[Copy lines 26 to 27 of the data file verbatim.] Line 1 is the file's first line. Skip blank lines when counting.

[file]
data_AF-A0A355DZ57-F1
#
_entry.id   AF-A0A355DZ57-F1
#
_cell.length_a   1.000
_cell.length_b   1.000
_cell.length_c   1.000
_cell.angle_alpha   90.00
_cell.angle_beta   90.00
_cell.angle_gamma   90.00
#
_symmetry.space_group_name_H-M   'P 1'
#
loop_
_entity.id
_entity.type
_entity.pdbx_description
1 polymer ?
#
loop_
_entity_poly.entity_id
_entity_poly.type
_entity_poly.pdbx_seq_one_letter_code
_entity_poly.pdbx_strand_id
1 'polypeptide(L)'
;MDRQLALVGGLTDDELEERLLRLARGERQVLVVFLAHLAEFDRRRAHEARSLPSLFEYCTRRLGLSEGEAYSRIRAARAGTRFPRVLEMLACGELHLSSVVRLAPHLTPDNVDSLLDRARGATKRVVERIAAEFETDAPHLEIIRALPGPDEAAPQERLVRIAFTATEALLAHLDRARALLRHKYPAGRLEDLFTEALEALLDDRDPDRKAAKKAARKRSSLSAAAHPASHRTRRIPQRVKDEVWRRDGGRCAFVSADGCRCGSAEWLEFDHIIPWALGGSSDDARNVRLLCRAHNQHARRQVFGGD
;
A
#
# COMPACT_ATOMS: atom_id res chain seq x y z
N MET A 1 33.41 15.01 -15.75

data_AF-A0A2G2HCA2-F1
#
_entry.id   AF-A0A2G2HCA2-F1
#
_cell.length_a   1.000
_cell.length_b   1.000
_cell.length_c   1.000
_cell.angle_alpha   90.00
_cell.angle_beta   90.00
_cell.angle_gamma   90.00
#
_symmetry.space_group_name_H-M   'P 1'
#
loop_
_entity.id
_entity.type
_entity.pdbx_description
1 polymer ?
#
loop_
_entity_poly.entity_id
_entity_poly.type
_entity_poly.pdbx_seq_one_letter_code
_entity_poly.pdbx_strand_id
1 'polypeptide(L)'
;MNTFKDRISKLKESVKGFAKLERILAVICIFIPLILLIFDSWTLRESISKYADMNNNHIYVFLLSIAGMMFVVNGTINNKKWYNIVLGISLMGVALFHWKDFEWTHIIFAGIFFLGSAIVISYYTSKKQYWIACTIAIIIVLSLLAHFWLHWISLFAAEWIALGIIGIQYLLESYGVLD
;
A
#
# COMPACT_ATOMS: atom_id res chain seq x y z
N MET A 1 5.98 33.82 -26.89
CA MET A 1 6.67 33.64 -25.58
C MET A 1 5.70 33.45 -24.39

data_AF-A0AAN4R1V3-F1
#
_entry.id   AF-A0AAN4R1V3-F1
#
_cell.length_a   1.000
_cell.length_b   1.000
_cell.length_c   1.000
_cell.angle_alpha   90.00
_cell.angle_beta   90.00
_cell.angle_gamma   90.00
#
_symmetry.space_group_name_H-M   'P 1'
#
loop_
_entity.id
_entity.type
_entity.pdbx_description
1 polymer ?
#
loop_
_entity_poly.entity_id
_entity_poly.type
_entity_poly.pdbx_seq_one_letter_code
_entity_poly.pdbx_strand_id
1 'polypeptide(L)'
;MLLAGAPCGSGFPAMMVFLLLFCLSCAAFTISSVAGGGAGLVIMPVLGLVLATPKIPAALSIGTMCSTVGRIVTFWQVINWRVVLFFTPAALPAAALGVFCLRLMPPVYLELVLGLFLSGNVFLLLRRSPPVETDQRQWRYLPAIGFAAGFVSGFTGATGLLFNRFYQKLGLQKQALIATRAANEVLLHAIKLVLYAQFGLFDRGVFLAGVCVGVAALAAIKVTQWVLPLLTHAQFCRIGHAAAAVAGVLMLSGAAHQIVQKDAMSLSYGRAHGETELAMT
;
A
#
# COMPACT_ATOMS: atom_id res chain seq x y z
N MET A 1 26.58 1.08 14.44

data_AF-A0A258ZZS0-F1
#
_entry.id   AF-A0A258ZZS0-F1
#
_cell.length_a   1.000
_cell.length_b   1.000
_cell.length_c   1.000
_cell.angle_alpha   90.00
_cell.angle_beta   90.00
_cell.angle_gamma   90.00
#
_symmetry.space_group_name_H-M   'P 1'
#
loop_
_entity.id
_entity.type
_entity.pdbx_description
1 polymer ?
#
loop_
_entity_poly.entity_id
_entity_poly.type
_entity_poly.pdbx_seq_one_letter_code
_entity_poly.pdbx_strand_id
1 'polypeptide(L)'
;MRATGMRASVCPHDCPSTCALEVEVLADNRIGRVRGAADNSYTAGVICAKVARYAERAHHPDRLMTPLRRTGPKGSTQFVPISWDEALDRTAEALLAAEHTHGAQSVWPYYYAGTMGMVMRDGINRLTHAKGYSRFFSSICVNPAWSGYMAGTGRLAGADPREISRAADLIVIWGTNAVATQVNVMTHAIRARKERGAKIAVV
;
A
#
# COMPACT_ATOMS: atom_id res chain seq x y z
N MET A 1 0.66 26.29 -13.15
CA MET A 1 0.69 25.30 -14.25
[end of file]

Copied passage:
;MDRQLALVGGLTDDELEERLLRLARGERQVLVVFLAHLAEFDRRRAHEARSLPSLFEYCTRRLGLSEGEAYSRIRAARAGTRFPRVLEMLACGELHLSSVVRLAPHLTPDNVDSLLDRARGATKRVVERIAAEFETDAPHLEIIRALPGPDEAAPQERLVRIAFTATEALLAHLDRARALLRHKYPAGRLEDLFTEALEALLDDRDPDRKAAKKAARKRSSLSAAAHPASHRTRRIPQRVKDEVWRRDGGRCAFVSADGCRCGSAEWLEFDHIIPWALGGSSDDARNVRLLCRAHNQHARRQVFGGD
;